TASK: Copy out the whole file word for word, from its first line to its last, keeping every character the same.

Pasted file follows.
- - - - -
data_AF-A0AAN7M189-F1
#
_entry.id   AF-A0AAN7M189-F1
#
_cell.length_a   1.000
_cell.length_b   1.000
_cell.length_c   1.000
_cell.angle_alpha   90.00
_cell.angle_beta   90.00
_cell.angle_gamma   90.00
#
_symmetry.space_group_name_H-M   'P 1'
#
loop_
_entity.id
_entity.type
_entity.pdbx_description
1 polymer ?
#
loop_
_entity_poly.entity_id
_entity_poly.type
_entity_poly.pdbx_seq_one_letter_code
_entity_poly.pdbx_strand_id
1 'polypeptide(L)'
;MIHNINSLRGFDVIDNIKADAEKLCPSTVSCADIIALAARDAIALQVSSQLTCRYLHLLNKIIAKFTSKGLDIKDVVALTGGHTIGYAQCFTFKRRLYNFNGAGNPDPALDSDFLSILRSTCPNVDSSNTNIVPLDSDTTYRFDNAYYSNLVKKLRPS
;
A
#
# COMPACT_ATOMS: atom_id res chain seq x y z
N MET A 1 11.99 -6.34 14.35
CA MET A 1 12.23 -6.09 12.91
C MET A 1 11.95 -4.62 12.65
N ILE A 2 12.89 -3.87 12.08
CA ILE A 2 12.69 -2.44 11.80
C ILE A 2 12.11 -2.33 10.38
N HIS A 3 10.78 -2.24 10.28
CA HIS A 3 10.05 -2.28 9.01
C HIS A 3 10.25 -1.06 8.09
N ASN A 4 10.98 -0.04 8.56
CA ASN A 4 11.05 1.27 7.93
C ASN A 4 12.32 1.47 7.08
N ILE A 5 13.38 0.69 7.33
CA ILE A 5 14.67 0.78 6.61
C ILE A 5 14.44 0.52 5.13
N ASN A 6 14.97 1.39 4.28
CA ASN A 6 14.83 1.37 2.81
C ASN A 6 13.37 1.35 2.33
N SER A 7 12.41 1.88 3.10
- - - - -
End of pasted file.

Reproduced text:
data_AF-A0AAN7M189-F1
#
_entry.id   AF-A0AAN7M189-F1
#
_cell.length_a   1.000
_cell.length_b   1.000
_cell.length_c   1.000
_cell.angle_alpha   90.00
_cell.angle_beta   90.00
_cell.angle_gamma   90.00
#
_symmetry.space_group_name_H-M   'P 1'
#
loop_
_entity.id
_entity.type
_entity.pdbx_description
1 polymer ?
#
loop_
_entity_poly.entity_id
_entity_poly.type
_entity_poly.pdbx_seq_one_letter_code
_entity_poly.pdbx_strand_id
1 'polypeptide(L)'
;MIHNINSLRGFDVIDNIKADAEKLCPSTVSCADIIALAARDAIALQVSSQLTCRYLHLLNKIIAKFTSKGLDIKDVVALTGGHTIGYAQCFTFKRRLYNFNGAGNPDPALDSDFLSILRSTCPNVDSSNTNIVPLDSDTTYRFDNAYYSNLVKKLRPS
;
A
#
# COMPACT_ATOMS: atom_id res chain seq x y z
N MET A 1 11.99 -6.34 14.35
CA MET A 1 12.23 -6.09 12.91
C MET A 1 11.95 -4.62 12.65
N ILE A 2 12.89 -3.87 12.08
CA ILE A 2 12.69 -2.44 11.80
C ILE A 2 12.11 -2.33 10.38
N HIS A 3 10.78 -2.24 10.28
CA HIS A 3 10.05 -2.28 9.01
C HIS A 3 10.25 -1.06 8.09
N ASN A 4 10.98 -0.04 8.56
CA ASN A 4 11.05 1.27 7.93
C ASN A 4 12.32 1.47 7.08
N ILE A 5 13.38 0.69 7.33
CA ILE A 5 14.67 0.78 6.61
C ILE A 5 14.44 0.52 5.13
N ASN A 6 14.97 1.39 4.28
CA ASN A 6 14.83 1.37 2.81
C ASN A 6 13.37 1.35 2.33
N SER A 7 12.41 1.88 3.10